Books

Total 1532 results found.

Regionalizing Science

Regionalizing Science

Placing Knowledges in Victorian England

Victorian England, as is well known, produced an enormous amount of scientific endeavour, but what has previously been overlooked is the important role of geography on these developments.

Naylor seeks to rectify this imbalance by presenting a historical geography of regional science. Taking an in-depth look at the county of Cornwall, questions on how science affected provincial Victorian society, how it changed people’s relationship with the landscape and how it shaped society are applied to the Cornish case study, allowing a depth and texture of analysis denied to more general scientific overviews of the period.

Communities of Science in Nineteenth-Century Ireland

Communities of Science in Nineteenth-Century Ireland

The nineteenth century was an important period for both the proliferation of “popular” science and for the demarcation of a group of professionals that we now term scientists. Of course for Ireland, largely in contrast to the rest of Britain, the prominence of Catholicism posed various philosophical questions regarding research.

Adelman’s study examines the practical educational impact of the growth of science in these communities, and the impact of this on the country’s economy; the role of museums and exhibitions in spreading scientific knowledge; and the role that science had to play in Ireland’s turbulent political context.

Adelman challenges historians to reassess the relationship between science and society, showing that the unique situation in Victorian Ireland can nonetheless have important implications for wider European interpretations of the development of this relationship during a period of significant change.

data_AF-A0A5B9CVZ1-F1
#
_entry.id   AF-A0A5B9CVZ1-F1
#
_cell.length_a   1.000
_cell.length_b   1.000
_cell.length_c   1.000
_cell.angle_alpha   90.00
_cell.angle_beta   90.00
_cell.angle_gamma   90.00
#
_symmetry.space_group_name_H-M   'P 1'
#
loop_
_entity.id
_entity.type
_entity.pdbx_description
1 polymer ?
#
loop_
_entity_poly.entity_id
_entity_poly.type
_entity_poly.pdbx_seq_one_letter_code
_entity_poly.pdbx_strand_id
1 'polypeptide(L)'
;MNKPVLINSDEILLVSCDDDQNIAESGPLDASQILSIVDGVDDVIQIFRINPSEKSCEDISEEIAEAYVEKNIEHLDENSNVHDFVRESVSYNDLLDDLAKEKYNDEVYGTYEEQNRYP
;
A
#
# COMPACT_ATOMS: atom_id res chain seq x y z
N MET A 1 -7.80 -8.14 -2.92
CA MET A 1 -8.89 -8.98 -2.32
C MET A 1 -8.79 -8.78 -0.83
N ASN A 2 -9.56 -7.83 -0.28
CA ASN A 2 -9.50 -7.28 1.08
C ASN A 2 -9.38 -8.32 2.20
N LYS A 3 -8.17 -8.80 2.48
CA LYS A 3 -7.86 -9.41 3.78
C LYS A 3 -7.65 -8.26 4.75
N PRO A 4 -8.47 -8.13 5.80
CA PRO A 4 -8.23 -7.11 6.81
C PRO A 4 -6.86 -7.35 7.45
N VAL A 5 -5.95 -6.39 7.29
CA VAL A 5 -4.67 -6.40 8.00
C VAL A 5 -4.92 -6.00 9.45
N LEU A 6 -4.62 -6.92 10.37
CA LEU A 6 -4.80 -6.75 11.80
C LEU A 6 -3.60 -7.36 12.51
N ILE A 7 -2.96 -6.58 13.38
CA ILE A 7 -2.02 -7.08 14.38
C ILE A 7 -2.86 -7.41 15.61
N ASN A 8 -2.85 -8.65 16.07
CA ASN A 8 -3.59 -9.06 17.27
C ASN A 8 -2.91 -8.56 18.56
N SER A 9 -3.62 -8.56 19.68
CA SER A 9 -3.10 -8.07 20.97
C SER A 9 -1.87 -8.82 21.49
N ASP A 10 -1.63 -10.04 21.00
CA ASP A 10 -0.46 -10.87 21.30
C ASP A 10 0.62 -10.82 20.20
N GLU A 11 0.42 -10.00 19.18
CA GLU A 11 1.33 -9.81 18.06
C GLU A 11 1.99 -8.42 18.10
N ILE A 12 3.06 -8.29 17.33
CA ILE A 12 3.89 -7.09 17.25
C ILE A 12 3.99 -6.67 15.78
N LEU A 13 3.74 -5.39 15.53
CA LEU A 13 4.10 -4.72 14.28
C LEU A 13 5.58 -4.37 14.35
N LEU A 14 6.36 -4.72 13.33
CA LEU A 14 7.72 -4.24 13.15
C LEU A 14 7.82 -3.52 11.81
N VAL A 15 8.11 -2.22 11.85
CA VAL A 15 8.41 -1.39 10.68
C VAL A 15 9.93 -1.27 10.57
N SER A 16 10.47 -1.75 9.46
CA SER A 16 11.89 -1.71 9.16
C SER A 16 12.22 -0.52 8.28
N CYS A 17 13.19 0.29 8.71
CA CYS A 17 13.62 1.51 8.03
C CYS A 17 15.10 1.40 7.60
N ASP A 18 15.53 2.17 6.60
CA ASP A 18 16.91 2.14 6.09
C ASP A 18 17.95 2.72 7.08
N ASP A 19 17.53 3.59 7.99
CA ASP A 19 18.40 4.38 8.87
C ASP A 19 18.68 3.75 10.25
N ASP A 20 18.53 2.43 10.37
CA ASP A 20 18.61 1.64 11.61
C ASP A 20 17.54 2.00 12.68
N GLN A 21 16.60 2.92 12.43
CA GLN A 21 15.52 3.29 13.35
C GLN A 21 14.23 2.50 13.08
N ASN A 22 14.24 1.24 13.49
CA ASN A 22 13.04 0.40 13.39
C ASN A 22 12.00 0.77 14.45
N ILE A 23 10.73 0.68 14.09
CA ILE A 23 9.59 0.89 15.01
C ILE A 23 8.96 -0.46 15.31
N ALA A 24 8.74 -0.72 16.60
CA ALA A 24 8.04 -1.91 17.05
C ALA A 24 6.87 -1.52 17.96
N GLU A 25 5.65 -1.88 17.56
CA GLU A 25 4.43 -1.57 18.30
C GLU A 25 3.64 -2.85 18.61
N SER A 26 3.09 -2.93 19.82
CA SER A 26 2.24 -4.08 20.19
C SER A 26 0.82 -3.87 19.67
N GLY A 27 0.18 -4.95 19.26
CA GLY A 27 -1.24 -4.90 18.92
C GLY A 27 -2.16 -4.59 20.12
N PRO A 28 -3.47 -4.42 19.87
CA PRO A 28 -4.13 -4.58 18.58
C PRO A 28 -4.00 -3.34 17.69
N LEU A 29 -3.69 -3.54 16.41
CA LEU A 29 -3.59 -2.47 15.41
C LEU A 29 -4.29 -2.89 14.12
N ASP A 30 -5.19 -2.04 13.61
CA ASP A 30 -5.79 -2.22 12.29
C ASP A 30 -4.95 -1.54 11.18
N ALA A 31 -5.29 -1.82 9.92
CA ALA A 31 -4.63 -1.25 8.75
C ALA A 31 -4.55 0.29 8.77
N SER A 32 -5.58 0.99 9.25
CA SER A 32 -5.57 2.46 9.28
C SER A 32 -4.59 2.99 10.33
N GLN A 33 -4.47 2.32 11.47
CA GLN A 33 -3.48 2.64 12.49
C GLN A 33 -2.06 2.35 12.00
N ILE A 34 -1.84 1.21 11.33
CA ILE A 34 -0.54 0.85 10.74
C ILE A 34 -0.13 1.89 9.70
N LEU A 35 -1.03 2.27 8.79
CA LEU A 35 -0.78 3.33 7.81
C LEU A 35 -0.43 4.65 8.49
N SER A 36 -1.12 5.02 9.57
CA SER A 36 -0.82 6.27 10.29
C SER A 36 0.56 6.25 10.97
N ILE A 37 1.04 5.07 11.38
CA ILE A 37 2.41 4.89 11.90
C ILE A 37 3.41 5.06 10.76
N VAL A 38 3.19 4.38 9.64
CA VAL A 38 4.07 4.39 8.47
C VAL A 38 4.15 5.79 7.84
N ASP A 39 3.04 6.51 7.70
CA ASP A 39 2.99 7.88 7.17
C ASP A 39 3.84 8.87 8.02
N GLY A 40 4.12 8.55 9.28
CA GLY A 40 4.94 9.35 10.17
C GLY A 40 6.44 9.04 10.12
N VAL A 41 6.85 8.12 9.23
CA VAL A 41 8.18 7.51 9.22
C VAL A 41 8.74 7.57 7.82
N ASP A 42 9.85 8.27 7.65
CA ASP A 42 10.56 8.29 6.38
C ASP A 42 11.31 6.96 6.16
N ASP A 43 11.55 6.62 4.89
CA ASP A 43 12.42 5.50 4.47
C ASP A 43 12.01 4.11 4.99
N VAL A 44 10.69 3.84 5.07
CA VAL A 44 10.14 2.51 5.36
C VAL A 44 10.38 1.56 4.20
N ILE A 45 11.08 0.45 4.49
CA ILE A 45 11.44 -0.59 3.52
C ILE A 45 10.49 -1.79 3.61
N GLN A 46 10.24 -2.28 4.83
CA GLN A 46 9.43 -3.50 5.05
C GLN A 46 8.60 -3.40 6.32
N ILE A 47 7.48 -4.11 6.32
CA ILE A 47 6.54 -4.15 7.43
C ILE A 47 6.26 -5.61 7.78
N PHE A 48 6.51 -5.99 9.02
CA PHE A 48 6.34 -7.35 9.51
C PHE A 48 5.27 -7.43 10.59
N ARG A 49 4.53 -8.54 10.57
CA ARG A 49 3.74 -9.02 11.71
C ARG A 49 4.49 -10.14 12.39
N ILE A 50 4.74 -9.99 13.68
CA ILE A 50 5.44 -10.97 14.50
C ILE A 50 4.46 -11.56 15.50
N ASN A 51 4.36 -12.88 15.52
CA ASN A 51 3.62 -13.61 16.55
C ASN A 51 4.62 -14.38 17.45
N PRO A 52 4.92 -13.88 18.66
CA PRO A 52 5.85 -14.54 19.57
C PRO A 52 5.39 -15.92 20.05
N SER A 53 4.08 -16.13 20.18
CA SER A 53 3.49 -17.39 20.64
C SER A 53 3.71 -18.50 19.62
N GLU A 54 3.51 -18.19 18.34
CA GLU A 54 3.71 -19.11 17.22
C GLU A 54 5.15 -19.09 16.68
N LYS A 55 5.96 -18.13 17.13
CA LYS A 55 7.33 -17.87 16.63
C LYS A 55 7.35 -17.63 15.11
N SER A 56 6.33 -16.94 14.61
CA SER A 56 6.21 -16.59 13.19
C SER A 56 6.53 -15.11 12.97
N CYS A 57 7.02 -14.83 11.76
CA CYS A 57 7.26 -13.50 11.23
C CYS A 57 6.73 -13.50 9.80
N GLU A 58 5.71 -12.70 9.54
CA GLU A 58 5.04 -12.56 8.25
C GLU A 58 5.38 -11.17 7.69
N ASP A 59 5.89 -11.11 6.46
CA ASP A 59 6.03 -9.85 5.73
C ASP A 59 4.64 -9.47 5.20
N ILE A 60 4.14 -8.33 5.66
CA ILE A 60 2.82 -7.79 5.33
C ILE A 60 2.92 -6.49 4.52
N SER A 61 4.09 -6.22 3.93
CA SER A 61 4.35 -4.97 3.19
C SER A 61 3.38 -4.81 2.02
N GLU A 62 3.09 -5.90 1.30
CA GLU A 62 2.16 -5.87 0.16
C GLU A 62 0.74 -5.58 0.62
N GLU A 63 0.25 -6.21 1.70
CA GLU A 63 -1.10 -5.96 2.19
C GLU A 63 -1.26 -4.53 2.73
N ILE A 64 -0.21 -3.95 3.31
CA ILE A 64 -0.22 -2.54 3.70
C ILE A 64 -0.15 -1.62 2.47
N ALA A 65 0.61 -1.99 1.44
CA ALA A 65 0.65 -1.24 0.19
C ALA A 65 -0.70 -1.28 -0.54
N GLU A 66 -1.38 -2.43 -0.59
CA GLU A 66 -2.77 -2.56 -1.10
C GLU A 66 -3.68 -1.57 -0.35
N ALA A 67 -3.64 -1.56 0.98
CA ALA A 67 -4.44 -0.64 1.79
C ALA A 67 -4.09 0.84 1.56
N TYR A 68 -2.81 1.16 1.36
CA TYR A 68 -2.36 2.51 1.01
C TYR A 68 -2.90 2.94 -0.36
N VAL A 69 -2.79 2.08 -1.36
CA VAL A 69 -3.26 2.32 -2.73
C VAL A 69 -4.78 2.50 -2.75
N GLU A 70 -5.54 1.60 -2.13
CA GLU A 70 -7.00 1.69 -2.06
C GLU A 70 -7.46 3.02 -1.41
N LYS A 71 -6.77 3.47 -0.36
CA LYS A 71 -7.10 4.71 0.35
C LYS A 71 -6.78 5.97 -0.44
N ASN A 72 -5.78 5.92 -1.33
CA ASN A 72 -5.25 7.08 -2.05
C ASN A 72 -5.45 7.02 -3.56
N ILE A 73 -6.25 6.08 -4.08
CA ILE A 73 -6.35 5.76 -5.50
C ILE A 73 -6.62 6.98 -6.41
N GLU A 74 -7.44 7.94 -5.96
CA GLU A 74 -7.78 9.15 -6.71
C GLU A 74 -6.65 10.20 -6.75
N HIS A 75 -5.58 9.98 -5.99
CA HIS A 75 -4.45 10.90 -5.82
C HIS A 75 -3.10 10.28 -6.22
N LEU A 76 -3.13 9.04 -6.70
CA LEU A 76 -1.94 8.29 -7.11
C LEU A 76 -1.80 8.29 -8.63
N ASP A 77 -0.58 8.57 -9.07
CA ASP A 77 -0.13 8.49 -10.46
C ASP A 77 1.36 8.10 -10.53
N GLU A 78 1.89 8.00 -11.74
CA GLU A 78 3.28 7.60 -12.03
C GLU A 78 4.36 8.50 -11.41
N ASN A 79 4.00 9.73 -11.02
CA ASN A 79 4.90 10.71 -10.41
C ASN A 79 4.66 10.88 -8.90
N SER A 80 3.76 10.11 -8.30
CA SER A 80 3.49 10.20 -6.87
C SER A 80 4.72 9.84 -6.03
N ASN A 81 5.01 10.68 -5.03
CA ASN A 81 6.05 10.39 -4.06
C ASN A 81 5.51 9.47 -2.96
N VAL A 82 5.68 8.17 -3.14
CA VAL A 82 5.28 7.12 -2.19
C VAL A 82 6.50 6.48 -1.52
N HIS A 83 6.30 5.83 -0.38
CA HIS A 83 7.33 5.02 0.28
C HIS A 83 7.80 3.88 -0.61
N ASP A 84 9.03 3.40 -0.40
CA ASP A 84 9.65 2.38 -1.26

Victorian Medicine and Popular Culture

Victorian Medicine and Popular Culture

This collection of essays explores the rise of scientific medicine and its impact on Victorian popular culture. Chapters include an examination of Charles Dickens’s involvement with hospital funding, concerns over milk purity and the theatrical portrayal of drug addiction, plus a whole section devoted to the representation of medicine in crime fiction. This is an interdisciplinary study involving public health, cultural studies, the history of medicine, literature and the theatre, providing new insights into Victorian culture and society.

Science and Eccentricity

Science and Eccentricity

Collecting, Writing and Performing Science for Early Nineteenth-Century Audiences

The concept of eccentricity was central to how people in the nineteenth century understood their world. This monograph is the first scholarly history of eccentricity. Carroll explores how discourses of eccentricity were established to make sense of individuals who did not seem to fit within an increasingly organized social and economic order. She focuses on the self-taught natural philosopher William Martin, the fossilist Thomas Hawkins and the taxidermist Charles Waterton.

The Transit of Venus Enterprise in Victorian Britain

The Transit of Venus Enterprise in Victorian Britain

In the nineteenth century, the British Government spent money measuring the distance between the earth and the sun using observations of the transit of Venus. This book presents a narrative of the two Victorian transit programmes. It draws out their cultural significance and explores the nature of “big science” in late-Victorian Britain.

Styles of Reasoning in the British Life Sciences

Styles of Reasoning in the British Life Sciences

Shared Assumptions, 1820–1858